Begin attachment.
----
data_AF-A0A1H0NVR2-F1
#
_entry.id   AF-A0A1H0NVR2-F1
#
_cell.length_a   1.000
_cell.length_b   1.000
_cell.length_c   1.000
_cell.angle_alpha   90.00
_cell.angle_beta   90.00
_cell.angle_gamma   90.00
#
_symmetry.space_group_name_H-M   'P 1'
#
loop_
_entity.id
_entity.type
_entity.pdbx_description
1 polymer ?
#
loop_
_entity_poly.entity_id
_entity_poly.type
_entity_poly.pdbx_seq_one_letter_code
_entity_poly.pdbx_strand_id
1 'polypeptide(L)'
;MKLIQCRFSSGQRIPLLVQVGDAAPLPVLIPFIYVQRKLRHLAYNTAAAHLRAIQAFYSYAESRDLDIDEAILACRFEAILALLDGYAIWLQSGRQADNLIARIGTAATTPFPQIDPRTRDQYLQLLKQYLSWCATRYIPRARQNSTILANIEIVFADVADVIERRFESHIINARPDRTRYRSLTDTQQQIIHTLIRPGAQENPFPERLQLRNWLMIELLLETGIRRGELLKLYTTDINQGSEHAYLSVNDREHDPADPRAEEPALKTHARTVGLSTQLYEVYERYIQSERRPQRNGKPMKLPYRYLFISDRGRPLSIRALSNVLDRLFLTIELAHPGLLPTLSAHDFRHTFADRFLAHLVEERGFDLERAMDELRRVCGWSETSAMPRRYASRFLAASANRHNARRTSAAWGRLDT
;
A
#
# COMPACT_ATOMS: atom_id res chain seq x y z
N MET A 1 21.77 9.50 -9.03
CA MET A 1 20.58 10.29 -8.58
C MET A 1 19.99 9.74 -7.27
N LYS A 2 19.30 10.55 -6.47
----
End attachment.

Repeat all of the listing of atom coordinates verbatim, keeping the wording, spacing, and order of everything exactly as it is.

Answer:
data_AF-A0A1H0NVR2-F1
#
_entry.id   AF-A0A1H0NVR2-F1
#
_cell.length_a   1.000
_cell.length_b   1.000
_cell.length_c   1.000
_cell.angle_alpha   90.00
_cell.angle_beta   90.00
_cell.angle_gamma   90.00
#
_symmetry.space_group_name_H-M   'P 1'
#
loop_
_entity.id
_entity.type
_entity.pdbx_description
1 polymer ?
#
loop_
_entity_poly.entity_id
_entity_poly.type
_entity_poly.pdbx_seq_one_letter_code
_entity_poly.pdbx_strand_id
1 'polypeptide(L)'
;MKLIQCRFSSGQRIPLLVQVGDAAPLPVLIPFIYVQRKLRHLAYNTAAAHLRAIQAFYSYAESRDLDIDEAILACRFEAILALLDGYAIWLQSGRQADNLIARIGTAATTPFPQIDPRTRDQYLQLLKQYLSWCATRYIPRARQNSTILANIEIVFADVADVIERRFESHIINARPDRTRYRSLTDTQQQIIHTLIRPGAQENPFPERLQLRNWLMIELLLETGIRRGELLKLYTTDINQGSEHAYLSVNDREHDPADPRAEEPALKTHARTVGLSTQLYEVYERYIQSERRPQRNGKPMKLPYRYLFISDRGRPLSIRALSNVLDRLFLTIELAHPGLLPTLSAHDFRHTFADRFLAHLVEERGFDLERAMDELRRVCGWSETSAMPRRYASRFLAASANRHNARRTSAAWGRLDT
;
A
#
# COMPACT_ATOMS: atom_id res chain seq x y z
N MET A 1 21.77 9.50 -9.03
CA MET A 1 20.58 10.29 -8.58
C MET A 1 19.99 9.74 -7.27
N LYS A 2 19.30 10.55 -6.47